HC Deb 16 February 1956 vol 548 cc2512-5
26. Mr. E. Johnson

asked the Minister of Labour if he will introduce legislation under which the restrictive practices of trade unions could be referred to the Monopolies Commission.

The Minister of Labour and National Service (Mr. Iain Macleod)

No, Sir. Labour questions are essentially different from those dealt with by the Monopolies Commission. I have said before that the removal of obstacles to production is one aspect of the general problem of increasing industrial productivity.

Mr. Johnson

Can my right hon. Friend say why, if it is desirable to refer restrictive trade agreements to the Monopolies Commission and to introduce legislation to deal with such agreements, it is undesirable to do the same thing with regard to the far more harmful restrictive practices of organised labour?

Mr. Macleod

There are many differences, but in my own view the essential one is that the practices referred to the Monopolies Commission deal with the price and supply of goods while those indicated in the Question deal with the working conditions of men and women.

Mr. Lee

Would not the right hon. Gentleman agree that the trade unions gave up pre-war restrictive practices for the duration of the war, and that not a single trade union has ever asked for the restoration of those practices?

Mr. Macleod

I do not want to indicate, either by my Answer to the Question or by my answer to the supplementary question, that there is not a very difficult question here with which we should all rightly be concerned, but I think that it is only one aspect of the general problem of increasing industrial productivity, and the matter, if pursued at all, is best pursued with both sides of industry.

34. Mr. J. Howard

asked the Minister of Labour if he will institute an inquiry into the restrictive practices in the fruit, vegetable, fish and meat trades in order to ascertain the effect of these practices upon the commodities dealt with in those markets.

35. Sir F. Medlicott

asked the Minister of Labour if he will take steps to arrange for a committee of inquiry to be set up to investigate restrictive practices imposed by trades unions, and their effect upon the cost of living.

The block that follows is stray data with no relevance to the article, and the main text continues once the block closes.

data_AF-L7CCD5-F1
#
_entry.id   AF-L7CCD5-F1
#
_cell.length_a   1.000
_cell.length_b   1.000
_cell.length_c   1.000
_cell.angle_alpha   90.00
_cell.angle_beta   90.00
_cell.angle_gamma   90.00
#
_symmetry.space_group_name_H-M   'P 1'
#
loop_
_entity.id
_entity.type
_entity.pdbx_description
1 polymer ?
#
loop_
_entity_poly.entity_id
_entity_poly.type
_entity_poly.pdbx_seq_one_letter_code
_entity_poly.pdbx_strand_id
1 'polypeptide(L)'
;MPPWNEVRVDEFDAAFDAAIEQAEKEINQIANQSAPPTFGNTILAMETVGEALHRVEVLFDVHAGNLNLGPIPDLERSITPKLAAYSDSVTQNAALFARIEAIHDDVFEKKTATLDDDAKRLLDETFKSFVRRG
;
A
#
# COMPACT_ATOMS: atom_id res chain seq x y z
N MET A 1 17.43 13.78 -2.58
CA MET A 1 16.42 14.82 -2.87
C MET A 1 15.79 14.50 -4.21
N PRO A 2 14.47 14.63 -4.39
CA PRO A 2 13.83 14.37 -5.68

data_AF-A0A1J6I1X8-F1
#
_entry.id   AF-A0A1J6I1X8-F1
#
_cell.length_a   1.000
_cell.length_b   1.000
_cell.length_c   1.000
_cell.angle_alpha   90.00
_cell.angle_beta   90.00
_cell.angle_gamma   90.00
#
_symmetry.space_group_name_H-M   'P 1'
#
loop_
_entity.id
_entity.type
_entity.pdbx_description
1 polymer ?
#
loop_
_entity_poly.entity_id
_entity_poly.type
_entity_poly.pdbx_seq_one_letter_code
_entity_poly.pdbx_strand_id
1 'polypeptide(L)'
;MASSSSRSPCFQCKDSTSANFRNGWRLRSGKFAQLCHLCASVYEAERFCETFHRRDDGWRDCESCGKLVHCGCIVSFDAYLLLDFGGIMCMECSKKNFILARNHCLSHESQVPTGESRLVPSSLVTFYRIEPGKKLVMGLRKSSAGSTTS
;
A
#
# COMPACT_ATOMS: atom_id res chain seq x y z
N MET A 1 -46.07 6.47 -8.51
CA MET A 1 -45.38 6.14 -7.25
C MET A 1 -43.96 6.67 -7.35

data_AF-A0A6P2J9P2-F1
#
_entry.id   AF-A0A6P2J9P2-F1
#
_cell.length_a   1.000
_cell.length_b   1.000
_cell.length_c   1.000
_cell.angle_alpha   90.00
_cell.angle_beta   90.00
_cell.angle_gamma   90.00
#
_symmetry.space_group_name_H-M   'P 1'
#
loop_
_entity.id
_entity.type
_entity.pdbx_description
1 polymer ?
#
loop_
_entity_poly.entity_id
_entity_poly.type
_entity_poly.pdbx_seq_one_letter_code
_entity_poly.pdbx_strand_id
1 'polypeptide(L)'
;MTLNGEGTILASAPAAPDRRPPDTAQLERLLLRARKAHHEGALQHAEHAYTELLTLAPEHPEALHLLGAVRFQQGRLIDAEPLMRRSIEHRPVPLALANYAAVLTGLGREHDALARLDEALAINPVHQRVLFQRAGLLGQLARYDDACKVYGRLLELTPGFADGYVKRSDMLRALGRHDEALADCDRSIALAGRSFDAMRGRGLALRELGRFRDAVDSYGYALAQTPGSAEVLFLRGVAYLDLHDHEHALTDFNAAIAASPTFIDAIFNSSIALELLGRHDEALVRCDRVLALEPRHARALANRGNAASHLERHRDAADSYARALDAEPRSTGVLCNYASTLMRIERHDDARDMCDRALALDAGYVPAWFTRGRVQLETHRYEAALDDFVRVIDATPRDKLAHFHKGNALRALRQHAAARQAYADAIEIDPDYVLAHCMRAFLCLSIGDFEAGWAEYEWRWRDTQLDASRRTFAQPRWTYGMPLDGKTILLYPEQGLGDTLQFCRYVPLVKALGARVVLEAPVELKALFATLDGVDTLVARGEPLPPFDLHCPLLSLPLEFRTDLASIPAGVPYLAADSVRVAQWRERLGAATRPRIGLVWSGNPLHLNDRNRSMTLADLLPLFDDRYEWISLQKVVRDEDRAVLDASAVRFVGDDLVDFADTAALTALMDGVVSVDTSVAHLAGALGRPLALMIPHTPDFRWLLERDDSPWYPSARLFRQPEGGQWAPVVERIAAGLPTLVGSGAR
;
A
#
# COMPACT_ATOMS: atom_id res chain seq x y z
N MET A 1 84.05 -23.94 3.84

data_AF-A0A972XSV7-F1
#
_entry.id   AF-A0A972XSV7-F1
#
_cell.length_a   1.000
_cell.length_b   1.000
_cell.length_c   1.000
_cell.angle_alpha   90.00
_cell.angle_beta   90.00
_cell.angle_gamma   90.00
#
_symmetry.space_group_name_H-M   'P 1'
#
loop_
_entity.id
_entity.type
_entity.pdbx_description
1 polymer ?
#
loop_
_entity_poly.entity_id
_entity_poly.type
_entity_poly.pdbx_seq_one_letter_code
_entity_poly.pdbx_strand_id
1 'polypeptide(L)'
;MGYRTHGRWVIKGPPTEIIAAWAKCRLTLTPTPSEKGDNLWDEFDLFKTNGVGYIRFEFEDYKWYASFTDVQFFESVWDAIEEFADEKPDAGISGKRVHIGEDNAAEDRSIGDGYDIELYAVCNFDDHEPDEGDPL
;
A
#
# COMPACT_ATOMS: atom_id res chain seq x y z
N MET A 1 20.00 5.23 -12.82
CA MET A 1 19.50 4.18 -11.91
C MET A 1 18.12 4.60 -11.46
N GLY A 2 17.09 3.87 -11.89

Mr. Iain Macleod

I am well aware of the public interest in this very complex subject and am studying it closely, but I am not satisfied that an inquiry on the lines suggested is the best approach.

Mr. Howard

In view of the general impression that the prices of the foods handled in the markets are increased as a result of the restrictive practices, does not my right hon. Friend consider that it would be helpful to all concerned if the effect, if any, on food prices could be clearly established?

Mr. Macleod

I intend to discuss this general question with the N.J.A.C, which is where it should first go, but I should not like to pick out any particular trade for such an inquiry merely because it happened recently to have come very much before the public eye.

Mr. G. Brown

As the Minister has chosen to answer both Questions together, and as the first appears to deal with restrictive practices by the distributive agents and the vast difference in the margins which exists, will the Minister disentangle the two aspects in the light of his previous answer not to undertake an inquiry into the distributive practices in the markets?

Mr. Macleod

I answered the two Questions together because my answer, that I am not satisfied that such inquiry would serve a useful purpose, covers both.

Mr. Brown

How does that tie up with the Minister's previous answer to Question No. 26, in which he distinguished so clearly between the sale of labour, particularly when under trade union agreement, and the sale of commodities under restrictive practices operated by distributive associations?

Mr. Macleod

In both answers I linked them to productivity and said that, in my view, it was best that they should first be discussed with both sides of industry. That could most appropriately be done on the N.J.A.C.

Sir F. Medlicott

Is my right hon. Friend aware that whilst many of these practices were thoroughly understandable when we had a million unemployed, many of them are now out of date and out of place, are adding to the cost of production and the cost of living and are driving abroad, into the hands of our foreign competitors, good trade and good business of which this country and the organised workers in time will stand in dire need?

Mr. Macleod

Exactly, but a vast number, and in fact the great majority, of restrictive practices are linked with considerations of health, safety and other matters. Where they interfere—and they may well do so—with efficiency in this country, that is part of the problem of increasing productivity, as I have said, and is therefore a matter for the two sides of industry.